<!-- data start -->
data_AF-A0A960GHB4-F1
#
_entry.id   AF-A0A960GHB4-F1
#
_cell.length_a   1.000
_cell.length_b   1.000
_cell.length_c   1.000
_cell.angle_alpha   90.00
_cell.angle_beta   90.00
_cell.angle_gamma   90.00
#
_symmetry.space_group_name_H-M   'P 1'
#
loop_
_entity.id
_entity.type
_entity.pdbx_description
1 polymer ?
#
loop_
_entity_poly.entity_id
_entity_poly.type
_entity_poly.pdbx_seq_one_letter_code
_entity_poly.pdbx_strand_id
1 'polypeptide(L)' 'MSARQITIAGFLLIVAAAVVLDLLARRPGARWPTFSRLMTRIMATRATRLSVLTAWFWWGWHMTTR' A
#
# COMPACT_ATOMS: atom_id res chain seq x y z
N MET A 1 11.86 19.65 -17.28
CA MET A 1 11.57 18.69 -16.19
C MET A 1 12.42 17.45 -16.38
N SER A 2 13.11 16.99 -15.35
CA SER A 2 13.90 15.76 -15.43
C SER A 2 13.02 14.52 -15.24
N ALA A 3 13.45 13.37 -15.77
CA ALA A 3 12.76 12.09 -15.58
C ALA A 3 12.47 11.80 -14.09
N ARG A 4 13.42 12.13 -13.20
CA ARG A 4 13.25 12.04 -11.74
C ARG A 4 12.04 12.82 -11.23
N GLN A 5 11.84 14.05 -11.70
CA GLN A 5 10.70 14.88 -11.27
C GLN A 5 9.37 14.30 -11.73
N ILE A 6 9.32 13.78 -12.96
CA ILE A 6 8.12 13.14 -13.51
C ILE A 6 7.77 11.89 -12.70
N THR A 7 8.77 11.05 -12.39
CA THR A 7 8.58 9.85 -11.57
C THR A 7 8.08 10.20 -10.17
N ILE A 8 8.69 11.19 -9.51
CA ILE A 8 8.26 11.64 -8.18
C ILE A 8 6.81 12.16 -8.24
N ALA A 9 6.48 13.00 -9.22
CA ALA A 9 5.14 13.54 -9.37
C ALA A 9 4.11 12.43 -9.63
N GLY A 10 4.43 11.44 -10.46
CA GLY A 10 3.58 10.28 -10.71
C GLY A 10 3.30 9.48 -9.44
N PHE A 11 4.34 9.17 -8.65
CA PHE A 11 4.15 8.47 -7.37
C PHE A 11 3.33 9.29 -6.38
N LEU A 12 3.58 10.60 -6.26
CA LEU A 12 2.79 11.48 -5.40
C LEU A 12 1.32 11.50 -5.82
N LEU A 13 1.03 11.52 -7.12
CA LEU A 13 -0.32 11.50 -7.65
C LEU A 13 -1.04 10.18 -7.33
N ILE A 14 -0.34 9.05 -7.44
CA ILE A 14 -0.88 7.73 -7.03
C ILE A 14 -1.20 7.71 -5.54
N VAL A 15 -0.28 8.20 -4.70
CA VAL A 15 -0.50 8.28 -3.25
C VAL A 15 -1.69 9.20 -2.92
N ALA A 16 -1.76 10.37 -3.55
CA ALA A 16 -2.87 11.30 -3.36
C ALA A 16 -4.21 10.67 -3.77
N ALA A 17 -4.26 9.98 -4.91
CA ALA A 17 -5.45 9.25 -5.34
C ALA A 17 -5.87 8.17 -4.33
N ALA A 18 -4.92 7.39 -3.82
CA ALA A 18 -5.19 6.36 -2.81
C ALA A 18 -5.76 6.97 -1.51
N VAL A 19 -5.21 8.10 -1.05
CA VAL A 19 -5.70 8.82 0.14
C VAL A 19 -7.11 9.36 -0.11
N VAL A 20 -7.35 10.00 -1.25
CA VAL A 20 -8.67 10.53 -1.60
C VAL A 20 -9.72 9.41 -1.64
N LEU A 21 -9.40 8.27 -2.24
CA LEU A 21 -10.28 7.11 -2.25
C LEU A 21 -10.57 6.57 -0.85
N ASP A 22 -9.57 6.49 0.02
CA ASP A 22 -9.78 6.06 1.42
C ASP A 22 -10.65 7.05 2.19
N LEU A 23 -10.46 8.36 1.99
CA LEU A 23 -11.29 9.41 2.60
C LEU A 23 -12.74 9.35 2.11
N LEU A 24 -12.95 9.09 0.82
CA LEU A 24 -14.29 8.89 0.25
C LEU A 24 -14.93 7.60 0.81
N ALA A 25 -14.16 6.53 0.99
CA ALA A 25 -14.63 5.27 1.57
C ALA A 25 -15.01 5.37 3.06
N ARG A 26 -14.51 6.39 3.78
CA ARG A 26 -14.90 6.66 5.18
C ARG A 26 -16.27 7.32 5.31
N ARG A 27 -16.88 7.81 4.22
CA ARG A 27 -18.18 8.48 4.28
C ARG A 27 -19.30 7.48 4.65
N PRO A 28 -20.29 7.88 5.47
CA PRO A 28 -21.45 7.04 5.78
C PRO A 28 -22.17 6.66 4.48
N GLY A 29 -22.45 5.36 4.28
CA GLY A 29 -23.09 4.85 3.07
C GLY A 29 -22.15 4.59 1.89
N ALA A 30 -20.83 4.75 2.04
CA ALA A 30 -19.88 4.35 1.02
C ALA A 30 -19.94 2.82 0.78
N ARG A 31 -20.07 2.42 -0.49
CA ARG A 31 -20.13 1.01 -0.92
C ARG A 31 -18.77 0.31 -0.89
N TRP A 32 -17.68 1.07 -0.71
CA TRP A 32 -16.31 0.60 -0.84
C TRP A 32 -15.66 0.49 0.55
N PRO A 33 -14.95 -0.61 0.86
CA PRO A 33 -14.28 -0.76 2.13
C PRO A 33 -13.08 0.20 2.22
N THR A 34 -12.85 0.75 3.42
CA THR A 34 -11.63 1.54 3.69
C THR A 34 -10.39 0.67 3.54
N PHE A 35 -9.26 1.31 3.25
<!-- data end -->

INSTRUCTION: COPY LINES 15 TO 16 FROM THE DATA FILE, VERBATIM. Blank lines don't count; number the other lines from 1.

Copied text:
_entity.id
_entity.type